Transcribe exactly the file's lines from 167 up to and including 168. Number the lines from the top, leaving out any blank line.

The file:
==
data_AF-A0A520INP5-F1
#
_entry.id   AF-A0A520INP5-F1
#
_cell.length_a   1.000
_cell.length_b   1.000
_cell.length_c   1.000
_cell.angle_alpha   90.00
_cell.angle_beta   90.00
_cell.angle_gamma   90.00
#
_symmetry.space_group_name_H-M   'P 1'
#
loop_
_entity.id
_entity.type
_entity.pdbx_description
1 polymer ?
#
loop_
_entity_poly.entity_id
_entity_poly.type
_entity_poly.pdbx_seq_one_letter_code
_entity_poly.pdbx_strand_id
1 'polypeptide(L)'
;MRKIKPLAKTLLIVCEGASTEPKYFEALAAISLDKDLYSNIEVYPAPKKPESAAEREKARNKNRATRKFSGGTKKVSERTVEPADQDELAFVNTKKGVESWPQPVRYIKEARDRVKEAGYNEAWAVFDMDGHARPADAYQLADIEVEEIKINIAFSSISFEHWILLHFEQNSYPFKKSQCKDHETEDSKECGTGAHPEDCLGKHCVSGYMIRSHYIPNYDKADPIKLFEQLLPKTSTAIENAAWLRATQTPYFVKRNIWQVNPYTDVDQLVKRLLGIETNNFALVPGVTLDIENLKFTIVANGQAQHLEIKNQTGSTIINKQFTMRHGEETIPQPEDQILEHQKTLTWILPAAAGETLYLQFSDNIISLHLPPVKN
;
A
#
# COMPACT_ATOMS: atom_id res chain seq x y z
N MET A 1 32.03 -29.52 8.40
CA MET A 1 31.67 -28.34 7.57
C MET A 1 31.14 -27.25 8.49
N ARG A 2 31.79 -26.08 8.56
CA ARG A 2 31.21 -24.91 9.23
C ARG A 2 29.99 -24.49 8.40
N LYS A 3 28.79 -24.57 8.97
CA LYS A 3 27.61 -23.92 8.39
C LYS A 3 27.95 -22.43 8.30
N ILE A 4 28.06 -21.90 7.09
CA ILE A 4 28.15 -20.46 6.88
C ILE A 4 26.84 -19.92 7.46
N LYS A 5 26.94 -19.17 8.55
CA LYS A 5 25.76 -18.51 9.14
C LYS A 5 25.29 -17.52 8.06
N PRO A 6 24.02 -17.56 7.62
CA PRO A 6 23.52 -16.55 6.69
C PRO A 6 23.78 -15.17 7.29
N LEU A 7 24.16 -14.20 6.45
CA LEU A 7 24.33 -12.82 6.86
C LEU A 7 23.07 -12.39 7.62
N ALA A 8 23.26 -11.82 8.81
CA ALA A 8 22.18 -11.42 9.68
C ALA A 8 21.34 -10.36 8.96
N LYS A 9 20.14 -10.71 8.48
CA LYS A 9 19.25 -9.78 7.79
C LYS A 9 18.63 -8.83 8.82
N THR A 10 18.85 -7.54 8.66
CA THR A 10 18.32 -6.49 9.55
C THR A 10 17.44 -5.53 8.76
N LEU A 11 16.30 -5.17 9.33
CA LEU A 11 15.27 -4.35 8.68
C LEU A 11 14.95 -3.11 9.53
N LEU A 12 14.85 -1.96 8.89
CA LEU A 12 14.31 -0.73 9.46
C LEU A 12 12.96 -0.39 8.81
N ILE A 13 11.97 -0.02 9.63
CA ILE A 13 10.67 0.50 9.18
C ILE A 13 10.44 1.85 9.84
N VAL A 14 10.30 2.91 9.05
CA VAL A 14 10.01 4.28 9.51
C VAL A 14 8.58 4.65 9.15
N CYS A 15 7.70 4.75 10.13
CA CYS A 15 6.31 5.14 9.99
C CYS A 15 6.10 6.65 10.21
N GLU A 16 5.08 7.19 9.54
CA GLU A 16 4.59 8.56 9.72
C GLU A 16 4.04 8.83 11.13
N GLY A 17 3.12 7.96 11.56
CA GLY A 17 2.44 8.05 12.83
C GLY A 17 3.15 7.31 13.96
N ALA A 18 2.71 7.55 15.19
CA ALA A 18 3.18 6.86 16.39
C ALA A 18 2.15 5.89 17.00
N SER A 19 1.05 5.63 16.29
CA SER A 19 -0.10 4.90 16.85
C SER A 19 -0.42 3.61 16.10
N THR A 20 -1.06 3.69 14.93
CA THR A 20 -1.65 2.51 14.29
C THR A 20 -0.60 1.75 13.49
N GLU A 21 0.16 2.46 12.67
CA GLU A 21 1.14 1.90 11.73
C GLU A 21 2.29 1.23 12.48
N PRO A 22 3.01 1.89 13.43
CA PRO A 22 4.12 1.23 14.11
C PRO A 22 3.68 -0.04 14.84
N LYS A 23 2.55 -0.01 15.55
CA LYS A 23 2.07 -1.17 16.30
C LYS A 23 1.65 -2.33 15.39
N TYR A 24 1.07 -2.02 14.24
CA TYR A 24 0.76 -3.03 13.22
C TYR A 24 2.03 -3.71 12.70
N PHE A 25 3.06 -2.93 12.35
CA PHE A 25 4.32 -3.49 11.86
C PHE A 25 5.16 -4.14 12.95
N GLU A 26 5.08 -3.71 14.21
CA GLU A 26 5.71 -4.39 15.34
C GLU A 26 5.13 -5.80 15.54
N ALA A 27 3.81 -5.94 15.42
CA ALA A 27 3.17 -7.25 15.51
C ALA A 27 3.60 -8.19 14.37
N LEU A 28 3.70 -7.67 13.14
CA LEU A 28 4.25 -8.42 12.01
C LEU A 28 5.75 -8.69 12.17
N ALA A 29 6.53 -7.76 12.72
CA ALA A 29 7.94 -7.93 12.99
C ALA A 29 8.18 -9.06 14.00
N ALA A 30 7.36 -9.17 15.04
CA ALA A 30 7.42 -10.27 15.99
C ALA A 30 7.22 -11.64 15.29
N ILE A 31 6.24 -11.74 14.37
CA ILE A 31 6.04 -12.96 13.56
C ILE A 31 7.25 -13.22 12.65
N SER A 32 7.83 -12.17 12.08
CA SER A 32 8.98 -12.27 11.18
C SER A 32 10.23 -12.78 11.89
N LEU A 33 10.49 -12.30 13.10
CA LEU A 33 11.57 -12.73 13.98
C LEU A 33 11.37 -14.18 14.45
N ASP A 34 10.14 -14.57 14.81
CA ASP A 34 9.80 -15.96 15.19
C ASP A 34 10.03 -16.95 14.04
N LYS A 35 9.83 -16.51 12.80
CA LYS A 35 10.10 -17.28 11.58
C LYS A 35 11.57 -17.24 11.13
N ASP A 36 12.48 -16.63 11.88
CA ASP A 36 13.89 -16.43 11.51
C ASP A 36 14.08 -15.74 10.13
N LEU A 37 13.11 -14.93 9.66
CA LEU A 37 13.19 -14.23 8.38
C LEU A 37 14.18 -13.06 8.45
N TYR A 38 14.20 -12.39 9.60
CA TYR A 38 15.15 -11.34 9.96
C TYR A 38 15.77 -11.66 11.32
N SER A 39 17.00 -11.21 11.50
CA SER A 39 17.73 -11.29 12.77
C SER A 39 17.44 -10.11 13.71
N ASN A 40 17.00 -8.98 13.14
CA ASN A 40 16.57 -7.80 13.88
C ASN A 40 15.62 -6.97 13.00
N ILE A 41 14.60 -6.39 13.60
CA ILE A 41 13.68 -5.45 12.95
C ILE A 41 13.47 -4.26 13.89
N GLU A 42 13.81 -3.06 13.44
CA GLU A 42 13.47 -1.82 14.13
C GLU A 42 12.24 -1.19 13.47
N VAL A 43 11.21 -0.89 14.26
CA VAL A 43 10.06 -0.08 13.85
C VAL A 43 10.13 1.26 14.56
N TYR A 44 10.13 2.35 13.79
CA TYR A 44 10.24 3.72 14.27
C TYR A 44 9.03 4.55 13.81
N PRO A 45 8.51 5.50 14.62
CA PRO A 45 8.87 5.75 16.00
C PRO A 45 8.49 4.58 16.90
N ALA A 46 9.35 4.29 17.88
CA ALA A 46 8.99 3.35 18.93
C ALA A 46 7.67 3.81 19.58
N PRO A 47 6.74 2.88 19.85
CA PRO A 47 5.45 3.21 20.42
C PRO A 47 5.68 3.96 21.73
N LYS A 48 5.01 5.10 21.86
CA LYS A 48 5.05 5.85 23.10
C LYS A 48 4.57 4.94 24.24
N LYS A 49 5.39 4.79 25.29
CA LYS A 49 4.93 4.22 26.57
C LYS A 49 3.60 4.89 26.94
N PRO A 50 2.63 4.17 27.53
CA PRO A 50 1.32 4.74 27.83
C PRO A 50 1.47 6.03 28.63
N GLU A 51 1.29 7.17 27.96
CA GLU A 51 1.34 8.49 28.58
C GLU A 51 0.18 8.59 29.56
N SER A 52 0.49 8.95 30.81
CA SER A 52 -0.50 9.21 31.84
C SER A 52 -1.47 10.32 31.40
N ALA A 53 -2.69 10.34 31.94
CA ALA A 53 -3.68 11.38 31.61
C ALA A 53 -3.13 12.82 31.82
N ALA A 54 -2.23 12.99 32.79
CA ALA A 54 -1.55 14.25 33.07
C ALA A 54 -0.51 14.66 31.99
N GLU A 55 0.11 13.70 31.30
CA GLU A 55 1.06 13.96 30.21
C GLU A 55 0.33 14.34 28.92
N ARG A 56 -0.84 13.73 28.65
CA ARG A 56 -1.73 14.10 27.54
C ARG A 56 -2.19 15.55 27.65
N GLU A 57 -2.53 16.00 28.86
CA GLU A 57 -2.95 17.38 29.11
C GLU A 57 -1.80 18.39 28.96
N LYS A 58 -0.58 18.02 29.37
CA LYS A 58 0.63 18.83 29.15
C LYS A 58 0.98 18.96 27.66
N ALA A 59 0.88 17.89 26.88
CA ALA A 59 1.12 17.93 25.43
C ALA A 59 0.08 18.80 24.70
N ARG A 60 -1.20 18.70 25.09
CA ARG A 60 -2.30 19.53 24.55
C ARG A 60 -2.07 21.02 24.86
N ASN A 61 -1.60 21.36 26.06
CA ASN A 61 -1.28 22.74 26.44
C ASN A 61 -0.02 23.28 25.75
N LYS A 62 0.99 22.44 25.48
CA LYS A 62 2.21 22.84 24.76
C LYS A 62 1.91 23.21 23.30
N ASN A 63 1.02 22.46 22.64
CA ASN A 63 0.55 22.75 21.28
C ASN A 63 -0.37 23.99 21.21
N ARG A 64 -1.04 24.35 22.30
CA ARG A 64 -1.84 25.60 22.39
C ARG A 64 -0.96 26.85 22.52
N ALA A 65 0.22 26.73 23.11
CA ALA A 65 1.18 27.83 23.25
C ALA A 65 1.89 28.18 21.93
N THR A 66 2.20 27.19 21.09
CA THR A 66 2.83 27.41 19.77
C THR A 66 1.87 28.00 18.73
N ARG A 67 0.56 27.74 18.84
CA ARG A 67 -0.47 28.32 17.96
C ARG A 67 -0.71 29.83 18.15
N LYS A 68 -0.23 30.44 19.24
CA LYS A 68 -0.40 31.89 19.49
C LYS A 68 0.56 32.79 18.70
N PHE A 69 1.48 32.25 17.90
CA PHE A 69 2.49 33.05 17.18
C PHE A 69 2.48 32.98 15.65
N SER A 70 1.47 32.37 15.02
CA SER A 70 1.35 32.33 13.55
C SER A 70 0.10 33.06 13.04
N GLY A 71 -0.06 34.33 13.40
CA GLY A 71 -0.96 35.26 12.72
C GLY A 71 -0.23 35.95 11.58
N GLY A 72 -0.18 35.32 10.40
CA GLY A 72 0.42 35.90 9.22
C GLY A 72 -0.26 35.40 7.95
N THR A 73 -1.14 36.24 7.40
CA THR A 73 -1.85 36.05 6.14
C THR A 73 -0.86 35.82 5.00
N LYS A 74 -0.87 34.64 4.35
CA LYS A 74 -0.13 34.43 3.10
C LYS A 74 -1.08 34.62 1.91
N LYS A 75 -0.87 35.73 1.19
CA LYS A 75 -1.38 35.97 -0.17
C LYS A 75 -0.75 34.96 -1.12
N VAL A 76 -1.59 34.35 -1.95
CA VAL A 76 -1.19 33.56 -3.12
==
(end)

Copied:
CA ALA A 46 8.99 3.35 18.93
C ALA A 46 7.67 3.81 19.58